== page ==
43. 43. Phase 4 <ul><li>Early Lactation </li></ul><ul><ul><li>2-3 Weeks After Calving to 70 Days </li></ul></ul><ul><ul><ul><li>Peak Milk Should Occur During This Time (40-60 Days) </li></ul></ul></ul><ul><ul><ul><li>Multiply Peak by 200 to Estimate Total Production </li></ul></ul></ul><ul><ul><li>Body Condition Score Will Continue to Drop </li></ul></ul><ul><ul><ul><li>Should Have a Score of 2.5 to 3.25 </li></ul></ul></ul><ul><ul><ul><li>Should NOT Have Dropped More Than 1.0 Score Since Calving </li></ul></ul></ul><ul><ul><ul><li>Drops Greater Than 1.5 Score Requires Investigation </li></ul></ul></ul>
    44. 44. Phase 5 <ul><li>Mid Lactation </li></ul><ul><ul><li>70 Days After Calving to 200 Days After Calving </li></ul></ul><ul><ul><li>Starts at Time of Peak Dry Matter Intake </li></ul></ul><ul><ul><li>Will Also Start BST at Beginning of This Period </li></ul></ul><ul><ul><li>Need to Optimize Dry Matter Intake </li></ul></ul><ul><ul><li>Body Condition Score Should Not Increase Dramatically </li></ul></ul><ul><ul><ul><li>Should NOT Decrease at All </li></ul></ul></ul><ul><ul><li>Main Period for Reproductive Efforts </li></ul></ul><ul><ul><li>85% of Eligible Cows Should Become Pregnant </li></ul></ul>
    45. 45. Phase 6 <ul><li>Late Lactation (“Stripper” or “Tail Enders”) </li></ul><ul><ul><li>200 Days After Calving Until Dry Off </li></ul></ul><ul><ul><li>Time of Rapid Decline in Milk Production </li></ul></ul><ul><ul><li>Cow Should Regain Weight </li></ul></ul><ul><ul><li>Body Condition Score Should Increase </li></ul></ul><ul><ul><ul><li>Cow Should End Period With a 3.5 to 3.75 Score </li></ul></ul></ul>
    46. 46. Nutrition and Reproduction <ul><li>All Nutrients That Affect Reproduction are Needed for Other Physiological Functions </li></ul><ul><li>Protein, Fat, Energy Status and Body Condition All Affect Reproduction </li></ul><ul><li>Minerals and Vitamins Can Indirectly Affect Reproduction </li></ul><ul><li>Metabolic Disease Caused by Nutritional Deficiencies Also Affect Reproduction </li></ul>
    47. 47. Energy <ul><li>All Cows are Subject to a Negative Energy Balance During the Early Phases of Lactation </li></ul><ul><li>Maximize DMI to Minimize the Degree of Negative Energy Balance </li></ul><ul><li>A Higher DMI Allows Cows to Produce More Milk and Enter Estrus and Ovulate Earlier </li></ul><ul><li>Fat Supplementation in Early Lactation Helps Reproduction </li></ul>
    48. 48. Body Condition Score <ul><li>Energy and Body Score are Closely Related </li></ul><ul><li>When Energy Intakes Don’t Meet Demands for Milk Production Cow Looses Weight and Drops Body Condition Score </li></ul><ul><ul><li>Do NOT Want to Loose More Than 1.5 Score </li></ul></ul><ul><li>Energy Can be Fed in Excess and Cows Will Become Fat </li></ul><ul><li>Energy Intake Needs to be Closely Regulated During Phase 6 </li></ul>
    49. 49. Protein <ul><li>High Levels of Milk Production Require Dairy Rations to be Supplemented With Protein </li></ul><ul><ul><li>Especially Needed During Early Lactation High Concentrate Feeding </li></ul></ul><ul><li>Protein Can be Over Supplemented </li></ul><ul><ul><li>High Rumen Degradable Protein Diets Can Cause: </li></ul></ul><ul><ul><ul><li>Lowered Conception Rates </li></ul></ul></ul><ul><ul><ul><li>Increased Days to First Ovulation </li></ul></ul></ul><ul><ul><ul><li>Increased Days to First Service </li></ul></ul></ul><ul><ul><ul><li>Increased Services per Conception </li></ul></ul></ul><ul><ul><li>Older Animals are Affected More </li></ul></ul>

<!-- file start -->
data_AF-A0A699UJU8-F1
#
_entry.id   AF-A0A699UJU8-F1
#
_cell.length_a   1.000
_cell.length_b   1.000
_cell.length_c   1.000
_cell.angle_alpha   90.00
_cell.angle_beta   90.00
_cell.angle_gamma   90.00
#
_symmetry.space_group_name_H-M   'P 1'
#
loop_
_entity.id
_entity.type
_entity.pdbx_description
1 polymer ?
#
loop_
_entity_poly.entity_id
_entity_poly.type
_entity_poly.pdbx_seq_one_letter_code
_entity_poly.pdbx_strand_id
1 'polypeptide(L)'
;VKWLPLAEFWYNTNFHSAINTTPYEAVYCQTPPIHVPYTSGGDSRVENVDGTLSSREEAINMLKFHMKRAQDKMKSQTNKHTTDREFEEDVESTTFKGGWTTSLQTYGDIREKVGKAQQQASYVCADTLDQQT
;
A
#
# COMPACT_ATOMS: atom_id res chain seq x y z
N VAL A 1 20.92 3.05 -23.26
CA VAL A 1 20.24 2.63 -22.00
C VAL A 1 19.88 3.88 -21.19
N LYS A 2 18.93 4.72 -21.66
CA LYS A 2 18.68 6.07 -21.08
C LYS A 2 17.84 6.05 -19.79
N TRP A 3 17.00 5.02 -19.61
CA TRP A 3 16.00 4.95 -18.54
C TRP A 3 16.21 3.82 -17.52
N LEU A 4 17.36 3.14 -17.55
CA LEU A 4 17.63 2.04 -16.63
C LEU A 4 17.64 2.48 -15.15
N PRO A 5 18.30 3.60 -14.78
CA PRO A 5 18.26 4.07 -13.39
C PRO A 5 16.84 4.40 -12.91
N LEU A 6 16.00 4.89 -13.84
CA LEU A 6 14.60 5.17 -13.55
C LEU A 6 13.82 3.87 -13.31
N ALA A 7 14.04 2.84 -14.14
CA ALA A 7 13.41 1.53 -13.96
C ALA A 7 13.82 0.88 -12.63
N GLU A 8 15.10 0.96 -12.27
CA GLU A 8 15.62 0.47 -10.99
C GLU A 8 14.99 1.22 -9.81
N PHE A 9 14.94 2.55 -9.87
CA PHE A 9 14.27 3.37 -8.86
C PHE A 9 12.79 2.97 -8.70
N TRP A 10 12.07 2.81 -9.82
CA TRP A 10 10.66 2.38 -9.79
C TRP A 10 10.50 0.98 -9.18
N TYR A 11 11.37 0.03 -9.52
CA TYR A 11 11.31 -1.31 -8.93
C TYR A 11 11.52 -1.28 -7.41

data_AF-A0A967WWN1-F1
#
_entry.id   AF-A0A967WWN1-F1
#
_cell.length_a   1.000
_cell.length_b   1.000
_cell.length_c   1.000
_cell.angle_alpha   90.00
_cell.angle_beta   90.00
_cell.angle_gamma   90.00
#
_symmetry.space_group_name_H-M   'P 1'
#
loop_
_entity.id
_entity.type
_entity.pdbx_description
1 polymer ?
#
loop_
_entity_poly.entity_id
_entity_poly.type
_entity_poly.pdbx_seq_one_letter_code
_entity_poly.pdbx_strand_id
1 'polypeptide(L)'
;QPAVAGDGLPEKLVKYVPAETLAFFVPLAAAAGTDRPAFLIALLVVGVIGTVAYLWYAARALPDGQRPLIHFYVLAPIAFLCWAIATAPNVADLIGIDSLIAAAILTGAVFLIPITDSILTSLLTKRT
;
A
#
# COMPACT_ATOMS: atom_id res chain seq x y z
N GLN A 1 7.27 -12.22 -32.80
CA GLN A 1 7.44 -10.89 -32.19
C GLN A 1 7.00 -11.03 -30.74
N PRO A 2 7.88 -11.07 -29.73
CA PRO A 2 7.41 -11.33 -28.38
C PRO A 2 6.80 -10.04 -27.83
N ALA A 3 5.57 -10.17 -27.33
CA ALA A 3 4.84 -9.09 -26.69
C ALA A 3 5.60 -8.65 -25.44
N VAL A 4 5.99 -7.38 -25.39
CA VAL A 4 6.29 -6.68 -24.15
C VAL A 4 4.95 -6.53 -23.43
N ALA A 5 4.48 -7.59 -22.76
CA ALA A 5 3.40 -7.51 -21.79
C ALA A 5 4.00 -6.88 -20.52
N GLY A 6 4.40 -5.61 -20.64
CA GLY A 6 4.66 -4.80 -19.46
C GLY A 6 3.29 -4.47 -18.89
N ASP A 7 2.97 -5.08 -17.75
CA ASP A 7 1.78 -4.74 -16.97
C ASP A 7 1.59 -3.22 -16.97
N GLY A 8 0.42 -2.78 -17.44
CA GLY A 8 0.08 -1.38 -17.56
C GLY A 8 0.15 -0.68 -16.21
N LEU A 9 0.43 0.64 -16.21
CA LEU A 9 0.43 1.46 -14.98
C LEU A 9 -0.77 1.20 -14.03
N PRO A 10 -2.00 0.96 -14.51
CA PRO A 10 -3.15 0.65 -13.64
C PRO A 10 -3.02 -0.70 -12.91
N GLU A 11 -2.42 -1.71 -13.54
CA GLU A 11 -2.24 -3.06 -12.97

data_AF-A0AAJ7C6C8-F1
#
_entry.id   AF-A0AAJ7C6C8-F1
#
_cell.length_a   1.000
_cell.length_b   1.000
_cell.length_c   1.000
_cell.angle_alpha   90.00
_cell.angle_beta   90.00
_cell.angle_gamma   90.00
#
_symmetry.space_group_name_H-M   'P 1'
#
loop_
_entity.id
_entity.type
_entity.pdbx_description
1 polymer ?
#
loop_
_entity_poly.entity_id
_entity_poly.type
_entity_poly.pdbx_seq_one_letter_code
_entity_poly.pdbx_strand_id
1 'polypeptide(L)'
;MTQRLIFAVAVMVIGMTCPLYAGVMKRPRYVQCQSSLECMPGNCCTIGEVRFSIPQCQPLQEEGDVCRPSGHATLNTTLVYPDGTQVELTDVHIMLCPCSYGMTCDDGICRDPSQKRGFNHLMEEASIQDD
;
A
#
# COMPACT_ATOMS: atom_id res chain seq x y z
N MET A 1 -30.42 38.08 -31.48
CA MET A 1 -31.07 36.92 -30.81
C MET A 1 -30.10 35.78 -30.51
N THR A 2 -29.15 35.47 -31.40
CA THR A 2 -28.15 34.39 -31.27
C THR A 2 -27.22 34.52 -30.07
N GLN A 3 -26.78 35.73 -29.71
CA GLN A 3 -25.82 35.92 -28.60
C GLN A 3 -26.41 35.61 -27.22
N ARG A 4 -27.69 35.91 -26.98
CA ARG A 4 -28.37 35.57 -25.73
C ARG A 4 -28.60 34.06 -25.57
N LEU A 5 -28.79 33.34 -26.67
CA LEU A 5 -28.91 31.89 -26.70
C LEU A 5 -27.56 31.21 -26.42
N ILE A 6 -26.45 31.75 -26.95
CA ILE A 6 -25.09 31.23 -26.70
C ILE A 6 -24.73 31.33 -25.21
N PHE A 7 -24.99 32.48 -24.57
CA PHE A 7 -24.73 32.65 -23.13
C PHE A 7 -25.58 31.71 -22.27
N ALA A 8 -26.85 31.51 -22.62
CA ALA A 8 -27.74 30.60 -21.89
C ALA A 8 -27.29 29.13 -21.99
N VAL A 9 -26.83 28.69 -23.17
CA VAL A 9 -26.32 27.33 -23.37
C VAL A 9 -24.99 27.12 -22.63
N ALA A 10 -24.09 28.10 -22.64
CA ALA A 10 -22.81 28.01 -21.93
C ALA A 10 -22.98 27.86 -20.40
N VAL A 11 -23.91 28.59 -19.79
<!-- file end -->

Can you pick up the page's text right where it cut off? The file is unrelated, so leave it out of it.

50. 50. Feeding Management <ul><li>High Producing Cows are Pushed to the Limit With Energy Dense Rations </li></ul><ul><li>Need to Maximize Dry Matter Intake and Milk Production While Minimizing Metabolic Diseases </li></ul><ul><li>Factors That Can be Regulated are: </li></ul><ul><ul><li>Environmental Factors </li></ul></ul><ul><ul><li>Feed Management </li></ul></ul><ul><ul><li>Feed Bunk Management </li></ul></ul>
    51. 51. Environmental Factors <ul><li>Over Crowding Can Lower DMI </li></ul><ul><li>Cows Should be Housed in Conditions That are: </li></ul><ul><ul><li>Clean </li></ul></ul><ul><ul><li>Well Lit </li></ul></ul><ul><ul><li>Properly Ventilated </li></ul></ul><ul><ul><li>Provide Adequate Space for Cows to Lie Down </li></ul></ul><ul><ul><li>Free Stalls Should Have Properly Designed Stalls so Cows Lay Down and Don’t Stand Half in and Half out </li></ul></ul>
    52. 52. Facilities Good – No Over Crowding, Clean, Proper Ventilation Poor – Over crowded, Poorly Lighted
    53. 53. Feed Management <ul><li>Major Ration Ingredients are Forages and Concentrates </li></ul><ul><li>All Feeds Should Have a Known Moisture Content and Quality </li></ul><ul><ul><li>Fermented Forages Change in Moisture Content </li></ul></ul><ul><ul><li>Dry Matter Analysis Should be Done Weekly or Bi-Weekly </li></ul></ul><ul><ul><ul><li>Can be Tested Using a Microwave or Koster Tester </li></ul></ul></ul><ul><ul><li>A Complete Wet Chemistry Analysis Should be Done Several Times a Year </li></ul></ul>
    54. 54. Feed Management <ul><li>Pay Attention to Physical Components of Feed </li></ul><ul><ul><li>Totally Mixed Rations (TMR’s) Should Not be Over Mixed </li></ul></ul><ul><ul><ul><li>Over Mixing Reduces the Amount of Long Particles (Effective Fiber) </li></ul></ul></ul><ul><ul><li>Nutritionists Will Routinely Use a “Shaker Box” to Check Feed for Over Mixing </li></ul></ul><ul><ul><li>Diets With Inadequate Effective Fiber May Cause Subclinical Acidosis or Displaced Abomasums </li></ul></ul>